Of course all that is just within the context of "people who use Reddit" which is big and broad but not a proper sample of the planet.
I'm not sure how this all relates to the apparent growth in the general Linux desktop. I don't think the PC desktop overall has been growing that fast, while gaming on PCs has. So let's imagine for example that the proportion of PCs used for gaming doubled from 30% to 60%, while the percentage of those that are Linux desktops held steady at 1%--that would mean the percentage of total PC desktops that were Linux gaming desktops would only go from 0.3% to 0.6%, not a huge difference. And that's over years. The recent apparent couple-of-percentage-points boost in desktop Linux use generally dwarfs that in a much shorter time, but doesn't yet seem to have dragged a whole lot of new Linux gaming with it.

All in all, the stats lately are weird.
Shmerl 7 Jul
Doubled number of users is significant. Percentages don't matter. Absolute numbers do, that's what brings money.
iiari 7 Jul
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Quoting: Purple Library GuySo it looks to me like, contrary to many claims about the death of PC gaming, what those graphs show is massive growth in gaming on general purpose desktop/laptop computers, with Linux growth within that initially strong but slower than the whole PC gaming platform, and more recently holding its own.....
All in all, the stats lately are weird.
Great post. I didn't quote everything, but you make some important points.

I'm now old enough to have heard the death of desktop gaming pronounced for a few decades, and always wrong. I just heard last week a well known "tech analyst" (cough, cough) declare that, this time, desktop gaming's days were really numbered because... ready for this? Because of Apple now developing its own silicon and, with it, Apple is going to slay the mobile gaming market. Because those mobile games will run across the Apple mobile, tablet, and desktop ecosystem, that will translate into Apple gaming dominance wrestled away from MS because, this time, Apple is serious about gaming. Really!!! I almost rolled my eyes out of my head. Give me an f-ing break... Hahahahaha....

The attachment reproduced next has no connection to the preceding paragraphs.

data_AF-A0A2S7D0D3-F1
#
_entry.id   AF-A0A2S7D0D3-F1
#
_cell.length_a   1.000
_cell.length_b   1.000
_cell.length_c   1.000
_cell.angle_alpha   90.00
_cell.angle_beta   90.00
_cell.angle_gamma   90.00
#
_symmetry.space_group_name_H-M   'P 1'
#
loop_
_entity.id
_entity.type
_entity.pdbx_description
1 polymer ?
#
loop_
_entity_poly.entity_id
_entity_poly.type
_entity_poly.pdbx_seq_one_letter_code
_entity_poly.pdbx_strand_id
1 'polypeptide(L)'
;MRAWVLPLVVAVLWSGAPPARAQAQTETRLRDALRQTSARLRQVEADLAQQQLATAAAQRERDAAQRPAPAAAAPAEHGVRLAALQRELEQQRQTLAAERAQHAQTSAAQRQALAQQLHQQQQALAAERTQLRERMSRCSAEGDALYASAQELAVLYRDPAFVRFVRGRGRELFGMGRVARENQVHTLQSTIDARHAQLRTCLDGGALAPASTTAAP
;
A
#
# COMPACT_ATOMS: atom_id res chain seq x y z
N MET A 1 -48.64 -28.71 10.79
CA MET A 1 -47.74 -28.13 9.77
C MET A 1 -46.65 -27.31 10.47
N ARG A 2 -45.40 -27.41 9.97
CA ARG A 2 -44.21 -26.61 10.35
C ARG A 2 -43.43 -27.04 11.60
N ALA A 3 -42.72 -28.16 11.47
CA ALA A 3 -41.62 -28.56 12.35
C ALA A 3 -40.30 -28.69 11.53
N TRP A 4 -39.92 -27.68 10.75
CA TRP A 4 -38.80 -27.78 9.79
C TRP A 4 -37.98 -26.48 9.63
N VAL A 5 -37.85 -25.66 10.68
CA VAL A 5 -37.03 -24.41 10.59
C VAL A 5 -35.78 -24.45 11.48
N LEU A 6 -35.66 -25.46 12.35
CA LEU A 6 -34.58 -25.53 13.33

Again, as I say on all such posts, I think we're in a huge moment of transition in gaming and I still believe that, fast forward 20 or so years, a lot (not all) of mainstream gaming will be cloud based and there will be a dwindling list of AAA titles to d/l to metal that will cost ever more money to support their development to a dwindling on-metal market. Google wants Chromebooks to be able to game through Stadia or Steam. Nvidia wants cloud gaming. MS seems to realize that a cloud based X-Box service is their gaming future. Does DX12 have any role in such a service?

Linux will be fine as long as:
- All these cloud based options run on Linux
- As long as Linux becomes the defacto easy option to play the last 50+ years (by 2040) of computing's past gaming...
Shmerl 7 Jul
Apple being serious about gaming? What kind of koolaid is he drinking? Apple let OpenGL support rot, refused to support Vulkan, dropped 32-bit, then decided to change hardware architecture. If some early steps in this list didn't kill gaming for Apple users, the later ones for sure did. Serious gamers left Apple already a long time ago. These last developments were killing a dead horse. Apple was and is run by mobile eggheads who don't care about gaming.


Last edited by Shmerl on 7 July 2020 at 2:44 am UTC
Shmerl 7 Jul
Quoting: iiariMS seems to realize that a cloud based X-Box service is their gaming future. Does DX12 have any role in such a service?

Luckily MS decided to abandon their cloud gaming. So one more DX lock-in bites the dust.


Last edited by Shmerl on 7 July 2020 at 2:46 am UTC